As fans, critics, and everyone in between take stock of the year in music, I'm starting to wonder how much of it I actually heard, or for that matter, own. It is old news that we are in a time of media over-saturation and that music is particularly vulnerable to this phenomenon.
When I think back on 2007, I probably listened to less current music than ever before. It's trite and certainly not a valid excuse to say that I was paralyzed by the dizzying array of choices. With trustworthy blogs, websites, and friends to steer me towards new
discoveries (Beirut), hidden gems (Boris), and the obvious choices I so often overlook (Arcade Fire), I'm still not sure why my music collection stagnated this past year.
Then I went through my iTunes library and realized that I had increased the amount of music I "own" in 2007, by at least a couple hundred songs. But few of the songs amounted to albums; most were a collection of random singles, free downloads, or the supposed three or four best tracks off someone's full-length effort. And I put "own" in quotes because although music is more free and accessible than ever, it is also more disposable; it's easier to let go of. Thus, we've become dabblers. The songs that I have recently acquired don't really add up to anything more than a 10 day long mix tape with little thematic cohesion and only a shallow survey of the artists' work. I have shifted from collecting to compiling.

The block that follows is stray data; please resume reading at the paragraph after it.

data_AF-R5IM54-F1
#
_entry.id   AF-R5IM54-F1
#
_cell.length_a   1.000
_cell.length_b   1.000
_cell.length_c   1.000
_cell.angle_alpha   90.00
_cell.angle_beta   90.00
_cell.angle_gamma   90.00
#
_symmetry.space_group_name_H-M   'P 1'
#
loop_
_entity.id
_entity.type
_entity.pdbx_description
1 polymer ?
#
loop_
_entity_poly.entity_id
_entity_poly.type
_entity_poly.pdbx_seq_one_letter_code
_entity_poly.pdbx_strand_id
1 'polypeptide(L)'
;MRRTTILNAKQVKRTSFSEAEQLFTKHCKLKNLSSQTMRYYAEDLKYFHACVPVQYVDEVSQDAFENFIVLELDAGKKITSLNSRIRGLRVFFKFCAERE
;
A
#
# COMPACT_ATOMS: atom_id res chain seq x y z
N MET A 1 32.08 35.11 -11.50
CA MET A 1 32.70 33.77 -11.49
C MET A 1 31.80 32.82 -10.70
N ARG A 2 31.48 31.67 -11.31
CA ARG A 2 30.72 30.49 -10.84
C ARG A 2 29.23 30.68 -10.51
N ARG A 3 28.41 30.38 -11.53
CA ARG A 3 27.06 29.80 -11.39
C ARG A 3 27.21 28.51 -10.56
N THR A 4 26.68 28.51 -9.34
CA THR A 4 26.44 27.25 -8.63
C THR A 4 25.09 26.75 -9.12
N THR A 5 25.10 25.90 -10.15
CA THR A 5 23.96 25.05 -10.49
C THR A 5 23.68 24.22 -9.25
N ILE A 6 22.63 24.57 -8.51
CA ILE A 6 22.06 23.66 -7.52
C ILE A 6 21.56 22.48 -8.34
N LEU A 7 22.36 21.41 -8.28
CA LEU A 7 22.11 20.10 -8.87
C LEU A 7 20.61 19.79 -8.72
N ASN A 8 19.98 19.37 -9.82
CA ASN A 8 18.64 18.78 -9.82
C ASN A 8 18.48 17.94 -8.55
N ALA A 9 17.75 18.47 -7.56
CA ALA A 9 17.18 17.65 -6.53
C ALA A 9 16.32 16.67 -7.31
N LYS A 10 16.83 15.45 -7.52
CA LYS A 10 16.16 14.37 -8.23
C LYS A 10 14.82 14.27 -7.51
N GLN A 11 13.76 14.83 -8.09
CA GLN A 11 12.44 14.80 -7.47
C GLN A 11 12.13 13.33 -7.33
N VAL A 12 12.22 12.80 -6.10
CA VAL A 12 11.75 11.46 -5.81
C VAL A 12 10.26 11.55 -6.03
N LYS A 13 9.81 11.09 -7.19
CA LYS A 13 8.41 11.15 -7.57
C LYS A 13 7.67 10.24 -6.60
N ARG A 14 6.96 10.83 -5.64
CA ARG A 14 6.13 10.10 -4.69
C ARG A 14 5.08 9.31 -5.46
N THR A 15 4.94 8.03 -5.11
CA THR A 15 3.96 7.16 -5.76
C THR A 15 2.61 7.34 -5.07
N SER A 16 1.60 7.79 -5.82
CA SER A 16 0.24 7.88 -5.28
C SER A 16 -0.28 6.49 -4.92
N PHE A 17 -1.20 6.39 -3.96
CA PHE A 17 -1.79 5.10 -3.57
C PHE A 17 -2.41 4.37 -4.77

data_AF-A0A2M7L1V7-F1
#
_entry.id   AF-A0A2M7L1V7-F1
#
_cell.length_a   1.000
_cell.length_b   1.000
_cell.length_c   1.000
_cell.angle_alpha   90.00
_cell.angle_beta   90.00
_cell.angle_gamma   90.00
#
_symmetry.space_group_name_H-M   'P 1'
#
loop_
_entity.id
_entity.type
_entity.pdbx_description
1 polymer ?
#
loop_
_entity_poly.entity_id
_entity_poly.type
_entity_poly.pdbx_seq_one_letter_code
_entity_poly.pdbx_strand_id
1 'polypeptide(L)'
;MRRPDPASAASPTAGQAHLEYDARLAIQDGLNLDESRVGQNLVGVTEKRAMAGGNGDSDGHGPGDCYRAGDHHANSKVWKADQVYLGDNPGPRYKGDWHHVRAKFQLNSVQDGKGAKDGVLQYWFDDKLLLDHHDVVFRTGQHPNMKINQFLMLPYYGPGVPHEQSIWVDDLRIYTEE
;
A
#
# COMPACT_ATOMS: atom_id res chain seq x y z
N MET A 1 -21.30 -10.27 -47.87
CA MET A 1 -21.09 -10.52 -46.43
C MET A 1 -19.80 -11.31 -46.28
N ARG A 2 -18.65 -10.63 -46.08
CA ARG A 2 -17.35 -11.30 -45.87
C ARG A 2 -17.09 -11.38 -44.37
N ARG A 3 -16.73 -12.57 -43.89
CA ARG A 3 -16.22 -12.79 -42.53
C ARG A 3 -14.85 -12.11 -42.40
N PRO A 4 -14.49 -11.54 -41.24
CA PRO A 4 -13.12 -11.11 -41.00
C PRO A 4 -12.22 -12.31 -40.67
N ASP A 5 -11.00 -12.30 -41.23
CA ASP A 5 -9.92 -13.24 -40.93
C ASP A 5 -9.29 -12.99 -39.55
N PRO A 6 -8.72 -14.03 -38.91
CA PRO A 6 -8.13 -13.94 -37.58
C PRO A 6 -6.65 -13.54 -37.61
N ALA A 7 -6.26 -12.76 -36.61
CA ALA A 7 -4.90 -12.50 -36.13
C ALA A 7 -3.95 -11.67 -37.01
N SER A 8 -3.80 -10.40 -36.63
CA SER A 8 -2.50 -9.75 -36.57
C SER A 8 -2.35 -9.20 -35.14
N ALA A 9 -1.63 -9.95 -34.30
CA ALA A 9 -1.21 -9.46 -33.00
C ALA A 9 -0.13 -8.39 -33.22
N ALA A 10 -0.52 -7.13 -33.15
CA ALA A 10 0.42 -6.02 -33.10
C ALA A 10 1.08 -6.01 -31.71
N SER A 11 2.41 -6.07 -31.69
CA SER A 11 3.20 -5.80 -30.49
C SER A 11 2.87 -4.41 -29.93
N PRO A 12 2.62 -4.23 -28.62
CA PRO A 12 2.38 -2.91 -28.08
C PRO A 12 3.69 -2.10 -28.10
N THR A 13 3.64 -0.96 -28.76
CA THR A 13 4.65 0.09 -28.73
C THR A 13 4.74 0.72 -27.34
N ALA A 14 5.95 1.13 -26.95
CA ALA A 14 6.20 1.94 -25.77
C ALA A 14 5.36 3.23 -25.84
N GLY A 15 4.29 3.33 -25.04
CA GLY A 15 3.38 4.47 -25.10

Sometimes a free download or an album stream is the gateway to a love affair with a band. There have been times when downloading a single leads me to a download of the full album, or to actually buy a CD, and then the older albums, and then the side and solo projects. For me, it's not a matter of whether music should be free or not free, but whether we still have the same relationship to music and to listenership now that the process of acquiring it has changed.
Yesterday, I was driving through St. John's on my way to Forest Park when I passed a record store called "Vinyl Resting Place." I admire a good pun but also can't help doing the proverbial eye roll when confronted with even the best of them. Yet "Vinyl Resting Place" is more than clever word play. And maybe this is why I feel like I didn't collect any music in 2007. My vinyl is a collection, and a collection feels permanent. Though a digital music library will outlast the vinyl records, and will likely outlast us all, the digital is not tactile. Recorded music, at least in the digital form, engages with fewer of our senses, and that certainly has changed the way I experience it.
In reality, maybe I listened to and consumed more music than ever this past year. But it is strange that I didn't even notice.